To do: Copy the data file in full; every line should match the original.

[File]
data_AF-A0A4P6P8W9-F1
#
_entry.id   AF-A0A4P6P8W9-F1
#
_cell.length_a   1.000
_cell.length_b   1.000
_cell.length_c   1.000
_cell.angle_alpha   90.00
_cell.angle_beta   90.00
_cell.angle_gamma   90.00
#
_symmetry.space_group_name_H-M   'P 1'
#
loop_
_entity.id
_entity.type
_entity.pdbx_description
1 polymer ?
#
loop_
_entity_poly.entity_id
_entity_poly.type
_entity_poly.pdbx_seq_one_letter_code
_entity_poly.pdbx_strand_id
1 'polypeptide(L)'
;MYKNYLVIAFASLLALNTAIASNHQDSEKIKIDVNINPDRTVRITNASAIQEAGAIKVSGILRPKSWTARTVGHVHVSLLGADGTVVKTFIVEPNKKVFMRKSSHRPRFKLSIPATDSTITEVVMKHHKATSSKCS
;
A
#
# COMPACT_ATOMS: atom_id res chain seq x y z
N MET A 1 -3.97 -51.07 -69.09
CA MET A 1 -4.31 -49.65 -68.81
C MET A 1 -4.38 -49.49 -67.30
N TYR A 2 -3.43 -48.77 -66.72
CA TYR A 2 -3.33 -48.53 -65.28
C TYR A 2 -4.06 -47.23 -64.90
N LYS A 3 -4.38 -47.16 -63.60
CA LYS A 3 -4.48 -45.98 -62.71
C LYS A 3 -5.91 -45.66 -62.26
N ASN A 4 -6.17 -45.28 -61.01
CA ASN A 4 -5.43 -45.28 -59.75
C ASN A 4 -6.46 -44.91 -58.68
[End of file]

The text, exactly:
data_AF-A0A4P6P8W9-F1
#
_entry.id   AF-A0A4P6P8W9-F1
#
_cell.length_a   1.000
_cell.length_b   1.000
_cell.length_c   1.000
_cell.angle_alpha   90.00
_cell.angle_beta   90.00
_cell.angle_gamma   90.00
#
_symmetry.space_group_name_H-M   'P 1'
#
loop_
_entity.id
_entity.type
_entity.pdbx_description
1 polymer ?
#
loop_
_entity_poly.entity_id
_entity_poly.type
_entity_poly.pdbx_seq_one_letter_code
_entity_poly.pdbx_strand_id
1 'polypeptide(L)'
;MYKNYLVIAFASLLALNTAIASNHQDSEKIKIDVNINPDRTVRITNASAIQEAGAIKVSGILRPKSWTARTVGHVHVSLLGADGTVVKTFIVEPNKKVFMRKSSHRPRFKLSIPATDSTITEVVMKHHKATSSKCS
;
A
#
# COMPACT_ATOMS: atom_id res chain seq x y z
N MET A 1 -3.97 -51.07 -69.09
CA MET A 1 -4.31 -49.65 -68.81
C MET A 1 -4.38 -49.49 -67.30
N TYR A 2 -3.43 -48.77 -66.72
CA TYR A 2 -3.33 -48.53 -65.28
C TYR A 2 -4.06 -47.23 -64.90
N LYS A 3 -4.38 -47.16 -63.60
CA LYS A 3 -4.48 -45.98 -62.71
C LYS A 3 -5.91 -45.66 -62.26
N ASN A 4 -6.17 -45.28 -61.01
CA ASN A 4 -5.43 -45.28 -59.75
C ASN A 4 -6.46 -44.91 -58.68